The Brag

Film Review: The Men Who Stare at Goats

In Arts, Brag 352 (March 8), Film Reviews on March 1, 2010 at 10:13 am

The Men Who Stare at Goats
Released March 4

Do you believe you could stop the heart of a goat with only the power of your mind? The men in The Men Who Stare at Goats think so, and, apparently, some real soldiers in the US military believed they could too. Based on a sort-of-true story in Jon Ronson’s book on the same name, the film depicts the bizarre training of the First Earth Battalion, a New Age version of the military dreamed up in the 70s in reaction to the Vietnam war.

George Clooney stars as one of the original members of the movement, Lyn Cassady, who is currently on a mission in present day Iraq. He claims to have psychic powers and keeps in shape by bursting clouds with his mind. In flashback we see his training under hippie flower-loving leader Bill Django (Jeff Bridges). Most seem to accept the group’s airy Earth-loving philosophy, except for Larry Hooper (Kevin Spacey), who would rather use his powers to learn the ways of the dark side.

That’s not just a snappy pop-culture reference either, as Cassady likes to call himself a “Jedi Warrior”. He speaks knowingly about his bushido to an embedded reporter, played indifferently by an American-accented Ewan McGregor, who thinks he’s stumbled upon the story of a lifetime.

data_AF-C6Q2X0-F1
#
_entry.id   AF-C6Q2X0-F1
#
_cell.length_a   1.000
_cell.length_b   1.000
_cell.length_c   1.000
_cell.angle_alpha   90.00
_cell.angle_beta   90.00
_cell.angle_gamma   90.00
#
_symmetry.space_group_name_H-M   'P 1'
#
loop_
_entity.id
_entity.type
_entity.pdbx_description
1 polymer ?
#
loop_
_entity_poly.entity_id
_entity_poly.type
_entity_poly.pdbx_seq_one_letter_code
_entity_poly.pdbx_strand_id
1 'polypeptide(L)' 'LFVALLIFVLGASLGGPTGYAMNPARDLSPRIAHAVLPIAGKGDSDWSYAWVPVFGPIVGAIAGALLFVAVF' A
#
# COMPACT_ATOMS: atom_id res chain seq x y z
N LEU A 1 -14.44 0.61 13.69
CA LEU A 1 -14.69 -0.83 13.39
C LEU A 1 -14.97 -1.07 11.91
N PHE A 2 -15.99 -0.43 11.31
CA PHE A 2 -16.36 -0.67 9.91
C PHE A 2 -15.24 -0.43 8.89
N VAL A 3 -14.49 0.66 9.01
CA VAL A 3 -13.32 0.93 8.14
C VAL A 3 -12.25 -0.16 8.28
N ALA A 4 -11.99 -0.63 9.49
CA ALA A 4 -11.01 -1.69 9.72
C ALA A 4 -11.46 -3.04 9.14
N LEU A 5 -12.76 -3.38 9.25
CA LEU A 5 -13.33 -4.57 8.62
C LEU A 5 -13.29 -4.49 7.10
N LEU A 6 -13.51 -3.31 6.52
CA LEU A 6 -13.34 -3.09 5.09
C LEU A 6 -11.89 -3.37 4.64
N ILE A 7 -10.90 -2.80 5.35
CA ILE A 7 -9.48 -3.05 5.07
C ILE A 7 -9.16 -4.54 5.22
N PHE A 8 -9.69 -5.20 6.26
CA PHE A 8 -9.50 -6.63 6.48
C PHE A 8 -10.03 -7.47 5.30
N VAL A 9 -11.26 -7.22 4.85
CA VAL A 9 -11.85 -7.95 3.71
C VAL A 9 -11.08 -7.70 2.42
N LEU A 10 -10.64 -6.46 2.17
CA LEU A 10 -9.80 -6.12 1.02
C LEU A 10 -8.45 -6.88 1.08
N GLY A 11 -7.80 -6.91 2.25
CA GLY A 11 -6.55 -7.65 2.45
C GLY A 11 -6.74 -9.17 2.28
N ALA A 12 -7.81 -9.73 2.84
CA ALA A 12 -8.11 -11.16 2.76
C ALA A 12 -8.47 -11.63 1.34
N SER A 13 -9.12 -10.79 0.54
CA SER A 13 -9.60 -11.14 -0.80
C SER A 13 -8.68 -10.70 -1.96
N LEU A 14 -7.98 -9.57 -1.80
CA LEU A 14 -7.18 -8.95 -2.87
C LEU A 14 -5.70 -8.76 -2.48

I know what you’re thinking: surely this can’t be a true story? Despite a Fargo-esque claim at the outset, the farce on screen certainly isn’t. More a series of offbeat gags than a coherent satire, it’s a case where the actors seem to have had more fun making it than an audience does watching it.

It’s tricky material, and director Grant Heslov, Clooney’s producing partner, never finds the right balance between flippancy and sincerity. Clooney, however, is entertaining playing a variation of his Coen-brothers dumb guy act, and Spacey gets all the best moments as the angry rebel.

Goats is an amusing diversion (with an appropriately loopy title) but enjoyment wears thin as it becomes clear that none of the characters are keen to wake from their deluded LSD-induced slumber.

Joshua Blackman


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